Tough audience

In the restaurant reviewing trade, the importance of bringing along a good dining companion cannot be overstated. A good dining companion, ideally one with a detailed knowledge of the cuisine at hand, is indispensable when it comes to navigating today’s complex culinary landscape. That’s the theory, anyway. It doesn’t always work out that way, as my recent visit to Centro Cocina Mexicana demonstrated.

When it opened in the mid-1990s, Centro, one of a half-dozen local restaurants owned and operated by Randy Paragary, made quite a splash, combining a fresh, authentic take on regional Mexican cuisine with the hip, festive attitude required to pull the denizens of Midtown out of their darkened caves.

From the vintage Matchless motorcycles displayed in the front window to the tangerine and orange sponge-painted neo-primitive designs that adorn the walls and the tables, not much has changed at Centro. Its bright, festive interior continues to draw a mixture of sharp, pointed urban professionals, threadbare slackers and everyone in between, if the crowd we encountered early on a Friday evening is any indication.

Likewise, the dining fare offered at Centro remains relatively the same: familiar Mexican favorites such as chicken enchiladas, chile rellenos and carnitas prepared with an attention to detail that’s a couple of notches above your average Mexican restaurant, and priced accordingly. Why mess with success, Chef Fred Reyes is probably thinking, and for most people, myself included, the strategy works. But it didn’t wash at all with my dining companion.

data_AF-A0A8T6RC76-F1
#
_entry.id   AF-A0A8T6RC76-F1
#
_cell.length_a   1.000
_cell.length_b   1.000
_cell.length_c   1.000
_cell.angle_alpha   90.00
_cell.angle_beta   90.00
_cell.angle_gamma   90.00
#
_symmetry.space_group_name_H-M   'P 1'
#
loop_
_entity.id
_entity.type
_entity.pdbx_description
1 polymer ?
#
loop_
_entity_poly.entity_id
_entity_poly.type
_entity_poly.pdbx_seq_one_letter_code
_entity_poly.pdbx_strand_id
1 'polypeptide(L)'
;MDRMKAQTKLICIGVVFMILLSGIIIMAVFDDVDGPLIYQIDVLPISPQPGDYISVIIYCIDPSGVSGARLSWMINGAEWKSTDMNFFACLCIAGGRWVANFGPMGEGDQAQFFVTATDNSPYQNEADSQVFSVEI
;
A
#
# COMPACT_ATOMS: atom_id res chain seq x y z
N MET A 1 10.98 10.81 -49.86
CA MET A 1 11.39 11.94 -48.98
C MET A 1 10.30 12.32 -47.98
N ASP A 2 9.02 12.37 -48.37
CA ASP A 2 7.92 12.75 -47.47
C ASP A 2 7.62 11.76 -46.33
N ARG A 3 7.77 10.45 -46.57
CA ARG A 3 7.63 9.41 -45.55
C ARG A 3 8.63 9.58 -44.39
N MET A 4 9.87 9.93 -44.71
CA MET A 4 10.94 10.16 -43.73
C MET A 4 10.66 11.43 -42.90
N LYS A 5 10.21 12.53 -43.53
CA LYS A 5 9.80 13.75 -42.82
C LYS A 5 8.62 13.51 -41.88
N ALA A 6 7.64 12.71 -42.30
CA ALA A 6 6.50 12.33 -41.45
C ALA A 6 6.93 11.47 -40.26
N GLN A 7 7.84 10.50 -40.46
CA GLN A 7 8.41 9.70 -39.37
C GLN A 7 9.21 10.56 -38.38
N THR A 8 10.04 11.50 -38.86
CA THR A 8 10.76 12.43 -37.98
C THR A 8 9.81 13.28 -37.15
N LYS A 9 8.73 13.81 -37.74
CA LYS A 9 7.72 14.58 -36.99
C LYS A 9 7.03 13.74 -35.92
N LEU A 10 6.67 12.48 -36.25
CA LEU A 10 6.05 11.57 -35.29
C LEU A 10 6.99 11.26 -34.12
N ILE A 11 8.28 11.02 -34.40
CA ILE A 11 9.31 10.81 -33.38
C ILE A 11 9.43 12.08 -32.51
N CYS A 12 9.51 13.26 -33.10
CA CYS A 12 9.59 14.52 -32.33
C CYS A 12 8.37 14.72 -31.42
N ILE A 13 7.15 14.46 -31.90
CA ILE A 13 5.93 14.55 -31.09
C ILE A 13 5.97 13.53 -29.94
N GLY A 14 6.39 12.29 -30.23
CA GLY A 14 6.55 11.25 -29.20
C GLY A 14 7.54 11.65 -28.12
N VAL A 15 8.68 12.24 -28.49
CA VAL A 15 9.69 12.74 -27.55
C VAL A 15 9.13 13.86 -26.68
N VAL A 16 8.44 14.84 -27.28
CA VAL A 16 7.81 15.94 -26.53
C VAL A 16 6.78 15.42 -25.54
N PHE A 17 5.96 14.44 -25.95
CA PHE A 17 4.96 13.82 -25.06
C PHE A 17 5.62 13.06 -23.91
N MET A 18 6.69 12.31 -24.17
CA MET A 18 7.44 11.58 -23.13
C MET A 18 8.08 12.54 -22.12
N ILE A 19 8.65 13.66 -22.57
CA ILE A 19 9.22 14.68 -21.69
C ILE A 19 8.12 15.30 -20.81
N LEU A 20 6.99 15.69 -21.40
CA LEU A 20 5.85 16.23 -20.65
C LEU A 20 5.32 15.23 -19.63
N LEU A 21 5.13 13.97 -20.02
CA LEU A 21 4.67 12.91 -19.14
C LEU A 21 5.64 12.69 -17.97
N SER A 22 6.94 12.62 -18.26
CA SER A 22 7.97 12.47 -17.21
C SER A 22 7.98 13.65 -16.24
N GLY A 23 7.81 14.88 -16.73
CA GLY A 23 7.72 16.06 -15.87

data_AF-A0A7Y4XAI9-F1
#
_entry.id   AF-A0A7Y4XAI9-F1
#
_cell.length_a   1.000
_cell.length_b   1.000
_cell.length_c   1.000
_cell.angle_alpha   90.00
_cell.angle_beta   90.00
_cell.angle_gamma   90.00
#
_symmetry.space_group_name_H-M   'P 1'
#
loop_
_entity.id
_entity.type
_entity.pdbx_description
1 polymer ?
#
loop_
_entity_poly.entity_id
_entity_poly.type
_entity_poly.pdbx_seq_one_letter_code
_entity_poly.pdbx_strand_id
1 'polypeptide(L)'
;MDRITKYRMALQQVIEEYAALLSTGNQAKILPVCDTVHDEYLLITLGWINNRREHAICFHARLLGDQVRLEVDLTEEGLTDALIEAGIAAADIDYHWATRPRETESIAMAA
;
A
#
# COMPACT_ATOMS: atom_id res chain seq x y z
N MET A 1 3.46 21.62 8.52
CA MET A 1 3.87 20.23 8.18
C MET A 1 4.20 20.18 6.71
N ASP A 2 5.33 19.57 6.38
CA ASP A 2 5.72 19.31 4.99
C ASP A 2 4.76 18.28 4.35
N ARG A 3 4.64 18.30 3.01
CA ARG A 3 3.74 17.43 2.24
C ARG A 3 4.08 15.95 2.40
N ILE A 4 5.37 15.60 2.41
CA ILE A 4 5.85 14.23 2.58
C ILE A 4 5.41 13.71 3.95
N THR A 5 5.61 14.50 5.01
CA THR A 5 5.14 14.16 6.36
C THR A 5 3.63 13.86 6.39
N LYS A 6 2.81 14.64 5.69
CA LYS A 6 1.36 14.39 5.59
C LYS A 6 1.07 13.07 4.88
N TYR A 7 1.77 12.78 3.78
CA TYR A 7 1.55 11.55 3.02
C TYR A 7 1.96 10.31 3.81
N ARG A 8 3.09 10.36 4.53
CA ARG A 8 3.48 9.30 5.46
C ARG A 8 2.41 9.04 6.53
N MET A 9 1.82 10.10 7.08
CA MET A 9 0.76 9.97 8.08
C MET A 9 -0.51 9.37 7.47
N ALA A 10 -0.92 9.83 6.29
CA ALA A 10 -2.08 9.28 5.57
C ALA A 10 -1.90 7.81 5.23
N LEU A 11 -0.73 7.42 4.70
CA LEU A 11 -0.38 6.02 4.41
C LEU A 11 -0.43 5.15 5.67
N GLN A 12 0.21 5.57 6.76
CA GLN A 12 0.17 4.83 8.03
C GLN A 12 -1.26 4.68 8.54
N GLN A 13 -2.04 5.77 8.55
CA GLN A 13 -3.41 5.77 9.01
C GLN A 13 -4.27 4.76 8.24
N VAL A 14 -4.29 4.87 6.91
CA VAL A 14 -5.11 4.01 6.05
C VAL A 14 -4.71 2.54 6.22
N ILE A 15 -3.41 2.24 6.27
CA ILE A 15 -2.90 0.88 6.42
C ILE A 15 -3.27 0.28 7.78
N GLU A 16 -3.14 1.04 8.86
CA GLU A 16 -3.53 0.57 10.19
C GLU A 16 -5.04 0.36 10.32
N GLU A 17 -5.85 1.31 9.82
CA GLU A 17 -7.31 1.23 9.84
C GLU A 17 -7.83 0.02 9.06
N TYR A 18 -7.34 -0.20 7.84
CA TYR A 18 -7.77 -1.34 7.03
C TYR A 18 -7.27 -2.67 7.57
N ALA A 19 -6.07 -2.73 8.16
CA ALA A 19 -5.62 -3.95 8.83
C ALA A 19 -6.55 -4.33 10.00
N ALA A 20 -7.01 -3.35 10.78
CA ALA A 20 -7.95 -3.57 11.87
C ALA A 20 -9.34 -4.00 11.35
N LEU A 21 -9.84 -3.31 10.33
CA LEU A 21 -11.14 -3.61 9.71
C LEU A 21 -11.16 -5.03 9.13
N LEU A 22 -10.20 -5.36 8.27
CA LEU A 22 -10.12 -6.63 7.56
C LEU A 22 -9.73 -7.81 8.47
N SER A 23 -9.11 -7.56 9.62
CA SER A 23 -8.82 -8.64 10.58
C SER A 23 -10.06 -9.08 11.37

I should mention that my dining companion, a full-blooded Native American raised by shamans in a New Mexican pueblo, takes her southwestern cuisine quite seriously. That’s only natural, considering that fresh masa is the stuff her cultural heritage is made of. But not even I was prepared for the outburst that ensued when she looked at the menu and found out we were being charged $5.75 for an order of guacamole and chips.

“Lots of places charge for gwalkamoley,” I said.

“It’s walkamoley. The ‘g’ is silent.”

“I knew that,” I lied. “But you have to admit, it’s good walkamoley.”

“It’s just mashed-up avocados,” she said. “There’s nothing else in it.” Indeed, although the menu advertised guacamole with garlic, white onion and tomato chile, ours was curiously bland, as were the two varieties of salsa, red tomato and green tomatillo, we also received.

“What about these fresh corn tortillas?” I asked. Centro makes its own tortillas, and we had ordered both the soft and crispy versions. I’m particularly fond of the soft ones and their robust, corny taste.

“A tortilla is a tortilla is a tortilla,” she said. “However, I do like these blue stoneware plates.”

It wasn’t a very auspicious beginning, and the fact that our entire meal would be served on blue stoneware offered little solace. My dining companion described her Enchiladas Oaxaquenas—three chicken enchiladas smothered in rich-looking brown mole—as “profoundly boring.” I had to admit that I’ve tasted far more complex and elegant moles than the faint chocolate-tasting sauce offered at Centro.

But I’m a man of simpler tastes, which is why I stick with the carnitas when I go to Centro. With the exception of a few hole-in-the-wall joints on Franklin Boulevard, Centro does deep-fried roasted pork better than anyone in Sacto, and they don’t do anything stupid either, like put rice in your carnitas burrito or something. Just lots of crispy, shredded meat and a little cilantro.

I handed it to my dining companion. She handed me back a stump. Still, she remained unimpressed.

“Isn’t there something good you can say?” I asked as we departed the restaurant.

“Sure,” she said, holding up a blue stoneware saucer. “I love the plates.”

“Well,” I said. “I guess that’s something.”

Like I said, sometimes it pays to bring along someone with a little expertise. And sometimes it doesn’t. Some people just can’t be impressed.